I am surprised and concerned about the recent media flurry (both mass and social media) resulting from a few limited social media actions taken by one first term Council Member in Minneapolis.
I certainly acknowledge that individuals and media outlets of all types have every right to engage in discussions about what should and should not be public and I share concerns about any individual, elected or not, whose family or personal safety is threatened. But I hope we can resist the inclination to let this distract us from the more critical and more complex story about systemic racism in our city, state and county, that we so desperately need to understand and analyze. Our democracy may well depend on it. The future of our society may depend on it. Black lives certainly depend on it.
Let me be clear, I share Council Member Cano’s commitment to justice and combating the implicit and explicit racism that plagues our city and larger society. But this is not about me or about any Council Member.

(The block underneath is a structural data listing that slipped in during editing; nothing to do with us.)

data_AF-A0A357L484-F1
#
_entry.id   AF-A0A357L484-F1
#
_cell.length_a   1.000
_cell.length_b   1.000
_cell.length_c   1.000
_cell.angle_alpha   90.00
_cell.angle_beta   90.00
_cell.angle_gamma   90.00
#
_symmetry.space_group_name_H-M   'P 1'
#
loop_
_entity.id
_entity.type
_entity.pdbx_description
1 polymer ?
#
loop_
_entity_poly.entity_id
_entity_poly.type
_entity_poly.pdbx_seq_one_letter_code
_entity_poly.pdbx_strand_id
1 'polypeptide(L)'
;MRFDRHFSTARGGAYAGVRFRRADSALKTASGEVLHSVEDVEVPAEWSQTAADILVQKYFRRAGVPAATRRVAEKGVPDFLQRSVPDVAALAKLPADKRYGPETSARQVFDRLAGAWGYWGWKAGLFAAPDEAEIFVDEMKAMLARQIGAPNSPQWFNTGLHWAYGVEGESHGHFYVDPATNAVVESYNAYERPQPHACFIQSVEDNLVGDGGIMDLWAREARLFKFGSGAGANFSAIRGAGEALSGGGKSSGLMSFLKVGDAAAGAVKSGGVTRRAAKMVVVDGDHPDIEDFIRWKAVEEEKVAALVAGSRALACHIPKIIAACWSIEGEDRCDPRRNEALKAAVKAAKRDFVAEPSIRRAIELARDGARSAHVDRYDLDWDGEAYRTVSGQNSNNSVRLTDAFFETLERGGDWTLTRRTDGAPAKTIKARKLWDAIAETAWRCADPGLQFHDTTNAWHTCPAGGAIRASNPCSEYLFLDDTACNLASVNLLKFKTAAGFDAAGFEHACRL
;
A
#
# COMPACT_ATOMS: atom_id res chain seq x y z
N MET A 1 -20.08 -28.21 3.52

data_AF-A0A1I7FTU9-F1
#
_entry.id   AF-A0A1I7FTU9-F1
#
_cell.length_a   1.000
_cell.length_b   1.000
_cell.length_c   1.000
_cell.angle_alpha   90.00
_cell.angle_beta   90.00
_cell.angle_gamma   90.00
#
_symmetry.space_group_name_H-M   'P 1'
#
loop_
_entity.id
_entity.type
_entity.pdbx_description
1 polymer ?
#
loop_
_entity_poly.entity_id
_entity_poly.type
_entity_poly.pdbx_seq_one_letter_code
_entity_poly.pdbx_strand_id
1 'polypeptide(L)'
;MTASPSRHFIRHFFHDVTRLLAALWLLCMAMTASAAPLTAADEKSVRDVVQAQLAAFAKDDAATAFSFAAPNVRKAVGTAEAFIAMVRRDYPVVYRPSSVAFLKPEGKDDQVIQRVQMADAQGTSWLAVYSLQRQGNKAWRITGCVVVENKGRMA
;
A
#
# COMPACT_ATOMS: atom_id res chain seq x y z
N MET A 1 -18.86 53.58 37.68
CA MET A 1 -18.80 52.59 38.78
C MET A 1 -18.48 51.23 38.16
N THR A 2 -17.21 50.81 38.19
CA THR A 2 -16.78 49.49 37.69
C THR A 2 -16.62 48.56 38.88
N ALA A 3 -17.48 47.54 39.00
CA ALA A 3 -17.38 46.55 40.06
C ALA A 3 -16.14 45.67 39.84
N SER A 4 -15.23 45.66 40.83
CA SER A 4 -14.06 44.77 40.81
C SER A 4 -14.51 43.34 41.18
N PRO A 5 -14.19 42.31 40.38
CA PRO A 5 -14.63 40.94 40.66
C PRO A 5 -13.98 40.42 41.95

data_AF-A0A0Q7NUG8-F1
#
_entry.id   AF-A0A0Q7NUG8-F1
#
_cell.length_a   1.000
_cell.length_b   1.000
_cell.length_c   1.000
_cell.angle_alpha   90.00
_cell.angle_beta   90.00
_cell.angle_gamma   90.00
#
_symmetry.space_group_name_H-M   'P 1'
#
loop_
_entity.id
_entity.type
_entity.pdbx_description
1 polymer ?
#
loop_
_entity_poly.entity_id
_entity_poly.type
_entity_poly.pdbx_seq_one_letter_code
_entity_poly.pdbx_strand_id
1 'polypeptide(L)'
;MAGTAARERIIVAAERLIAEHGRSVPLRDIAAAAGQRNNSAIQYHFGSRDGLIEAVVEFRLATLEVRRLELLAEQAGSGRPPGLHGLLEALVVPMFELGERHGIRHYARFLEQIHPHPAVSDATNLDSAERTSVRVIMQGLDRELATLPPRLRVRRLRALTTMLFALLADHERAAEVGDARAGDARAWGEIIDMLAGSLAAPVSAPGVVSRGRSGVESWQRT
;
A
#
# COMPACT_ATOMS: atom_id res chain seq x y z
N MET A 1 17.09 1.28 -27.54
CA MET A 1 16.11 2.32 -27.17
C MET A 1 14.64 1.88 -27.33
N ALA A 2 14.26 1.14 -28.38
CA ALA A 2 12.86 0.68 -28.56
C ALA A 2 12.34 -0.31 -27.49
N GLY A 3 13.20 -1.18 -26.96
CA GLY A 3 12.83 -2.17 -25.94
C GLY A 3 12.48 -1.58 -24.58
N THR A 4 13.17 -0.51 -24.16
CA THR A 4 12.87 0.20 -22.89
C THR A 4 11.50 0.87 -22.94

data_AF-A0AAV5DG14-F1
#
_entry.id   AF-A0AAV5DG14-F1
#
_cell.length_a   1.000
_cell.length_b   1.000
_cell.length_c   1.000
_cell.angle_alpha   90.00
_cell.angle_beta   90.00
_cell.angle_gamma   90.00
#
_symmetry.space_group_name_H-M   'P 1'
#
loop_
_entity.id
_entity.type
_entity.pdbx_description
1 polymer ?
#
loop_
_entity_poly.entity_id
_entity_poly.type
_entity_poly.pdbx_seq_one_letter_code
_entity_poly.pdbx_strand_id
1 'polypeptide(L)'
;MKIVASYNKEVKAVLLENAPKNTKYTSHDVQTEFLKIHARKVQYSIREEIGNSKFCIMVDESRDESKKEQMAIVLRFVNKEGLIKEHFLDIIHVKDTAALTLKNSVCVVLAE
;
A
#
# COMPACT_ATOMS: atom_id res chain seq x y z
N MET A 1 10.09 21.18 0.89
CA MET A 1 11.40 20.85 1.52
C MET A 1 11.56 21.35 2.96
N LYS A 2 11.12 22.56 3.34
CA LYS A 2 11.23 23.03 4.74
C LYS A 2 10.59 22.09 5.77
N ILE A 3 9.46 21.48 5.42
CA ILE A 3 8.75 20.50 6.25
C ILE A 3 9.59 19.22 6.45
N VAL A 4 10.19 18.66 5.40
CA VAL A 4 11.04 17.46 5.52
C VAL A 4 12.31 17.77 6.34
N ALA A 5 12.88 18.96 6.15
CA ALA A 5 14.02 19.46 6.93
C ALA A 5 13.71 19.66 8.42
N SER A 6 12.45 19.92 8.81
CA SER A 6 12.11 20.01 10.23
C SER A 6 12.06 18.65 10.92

Black lives matter. The need to speak out against, protest against, and legislate appropriately against white supremacy and white privilege, bias and hatred, has never been greater. I commend and stand in solidarity with all elected officials in Minneapolis, in the state and from around the country who are calling and working for real transformative public policy changes to reverse white privilege, and bring about meaningful criminal justice reform.
So now, can we please get over this sidebar distraction and get serious about the much harder to tell and more complicated story behind the (apparently legal) violence and injustices we see today, and every day, that are disenfranchising, oppressing, imprisoning and killing people of color in our country? Can we please get real about ending the New Jim Crow, transforming our criminal justice system, dismantling institutional racism and preventing future deaths? And while we’re doing it, let’s keep seeking justice for and remembering those who have already been killed - Jamar Clark, Sandra Bland, Tamir Rice, Terrance Franklin, Mya Hall, Michael Brown, Alexia Christian and so many, many more.
That’s what should matter to us.